In the last article, we discussed how certain hormones can weaken the long collagen bonds that form the fat compartment in women. Weak blood vessels and poor lymph fluid circulation can also aggravate cellulite.
Weak Blood Vessels
Fat tissue has a lot of blood vessels. This allows the transport of fatty acids to the tissue for storage and from the tissue in times of need. The small blood vessels can sometimes become fragile due to a number of factors. One of these factors could be a lack of Vitamin C. Vitamin C helps preserve the integrity of these vessels. This tendency is prevalent in women who get unexplained bruises in their legs. These bruises are the result of weak blood vessels.
When the small blood vessels leak, fluid is released into the fat compartments under the skin. This further increases pressure within the tissues. As excess fluid is retained in the fat compartments, fat globules cluster together thus strangulating the blood vessels further. This inhibits the supply of nutrients to tissue in the dermis resulting in the collagen connective bands deteriorating with time. This is because nutrients needed for repair and regeneration are not able to reach the damaged connective bands.
Over time scar tissue forms in some of the collagen connective bands where the collagen has degraded or damaged. The scar tissue is the body’s way of cementing the weaknesses in these bands. Unfortunately, this scar tissue is extremely fibrous and rigid. These rigidity causes the the compartments to be further pressurized and thus further strangulating the supply of blood and nutrients to the dermis layer of the skin. This becomes a vicious spiral. Its like putting on a blood pressure cuff and continuing to increase the pressure in the cuff until blood supply is virtually cut off to the lower part of your hand.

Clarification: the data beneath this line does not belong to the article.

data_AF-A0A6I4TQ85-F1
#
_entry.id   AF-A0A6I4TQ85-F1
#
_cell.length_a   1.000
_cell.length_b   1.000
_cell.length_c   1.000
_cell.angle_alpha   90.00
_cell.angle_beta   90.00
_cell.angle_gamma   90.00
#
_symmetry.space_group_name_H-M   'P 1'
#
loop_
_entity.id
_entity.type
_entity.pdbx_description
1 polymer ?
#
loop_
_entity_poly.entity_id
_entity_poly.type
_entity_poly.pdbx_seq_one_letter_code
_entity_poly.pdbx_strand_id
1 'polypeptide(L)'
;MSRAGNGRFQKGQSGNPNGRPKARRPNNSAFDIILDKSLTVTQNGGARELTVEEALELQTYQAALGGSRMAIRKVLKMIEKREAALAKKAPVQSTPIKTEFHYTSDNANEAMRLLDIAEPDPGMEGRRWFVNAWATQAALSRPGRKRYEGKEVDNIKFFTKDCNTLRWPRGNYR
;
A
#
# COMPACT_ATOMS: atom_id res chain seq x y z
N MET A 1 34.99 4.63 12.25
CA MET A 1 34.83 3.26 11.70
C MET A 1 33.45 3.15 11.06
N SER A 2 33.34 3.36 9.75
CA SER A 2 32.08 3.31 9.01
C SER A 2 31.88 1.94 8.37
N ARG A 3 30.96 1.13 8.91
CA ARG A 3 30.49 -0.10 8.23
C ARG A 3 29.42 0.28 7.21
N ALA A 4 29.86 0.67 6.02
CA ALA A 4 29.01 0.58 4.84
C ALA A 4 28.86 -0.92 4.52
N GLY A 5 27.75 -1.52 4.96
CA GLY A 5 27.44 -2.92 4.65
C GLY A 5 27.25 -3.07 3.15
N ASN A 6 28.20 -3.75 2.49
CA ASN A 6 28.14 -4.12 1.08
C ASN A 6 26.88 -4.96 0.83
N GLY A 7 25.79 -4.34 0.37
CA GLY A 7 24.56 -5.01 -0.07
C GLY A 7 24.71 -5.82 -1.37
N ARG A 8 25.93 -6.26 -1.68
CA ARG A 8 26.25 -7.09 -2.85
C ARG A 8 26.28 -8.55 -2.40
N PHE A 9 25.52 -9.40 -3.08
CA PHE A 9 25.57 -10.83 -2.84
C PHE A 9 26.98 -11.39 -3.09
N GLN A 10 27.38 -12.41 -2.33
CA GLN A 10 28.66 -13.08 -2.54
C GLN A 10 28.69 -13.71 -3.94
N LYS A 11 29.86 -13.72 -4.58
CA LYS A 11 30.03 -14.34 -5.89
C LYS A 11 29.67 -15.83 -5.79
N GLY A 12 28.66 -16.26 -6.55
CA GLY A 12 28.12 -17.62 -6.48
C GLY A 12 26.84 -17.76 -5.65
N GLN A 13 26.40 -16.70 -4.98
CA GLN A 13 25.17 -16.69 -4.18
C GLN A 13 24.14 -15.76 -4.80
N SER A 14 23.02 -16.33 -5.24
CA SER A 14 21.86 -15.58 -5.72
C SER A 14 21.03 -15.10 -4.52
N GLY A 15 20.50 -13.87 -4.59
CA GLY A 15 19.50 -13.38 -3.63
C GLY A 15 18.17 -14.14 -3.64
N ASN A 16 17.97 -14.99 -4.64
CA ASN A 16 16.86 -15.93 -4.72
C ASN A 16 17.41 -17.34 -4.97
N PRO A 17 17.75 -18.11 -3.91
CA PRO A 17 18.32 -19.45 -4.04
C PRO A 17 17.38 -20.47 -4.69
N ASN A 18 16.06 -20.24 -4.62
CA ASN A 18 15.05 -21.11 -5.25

This lack of nutrients due to strangulated blood vessels thins the dermis. This further causes the fat to protrude more prominently.
Poor Lymph Circulation
Lymph is the fluid that surrounds and bathes all the cells of the body. It is the sea in which our cells lie. The lymph system removes excess fluids and cellular waste and carries them away to filters called lymph nodes. Lymph channels from these nodes carry the fluid into two large veins near the heart so that lymph is returned to the bloodstream for elimination.
While blood is pumped by the heart, the lymphatic circulation relies upon muscular contractions and deep breathing to move it along. It is a naturally slow-moving fluid that circulates against gravity, through a vast network of tiny capillaries called lymphatic tissue. These extremely thin-walled vessels run throughout the body but are concentrated in subcutaneous tissue. The flow of lymph fluid can be slowed to the point of stagnation. In areas where circulation tends to be poor and relies almost entirely on gravity to move it back up, as in hip and thigh areas, this stagnation encourages the formation of cellulite.
Excess fluid that cannot be removed by the lymphatic system tends to collect in the fat chambers, further stuffing the already overstuffed chamber.
Poor circulation is often caused by a sedentary lifestyle. An aggressive exercise effort can quickly increase circulation as well as build new blood vessels to reduce fluid build up in prone areas such as the fatty tissue under the skin.
In Part 5 of this article series, we shall discuss on means on how you can measure the severity of cellulite.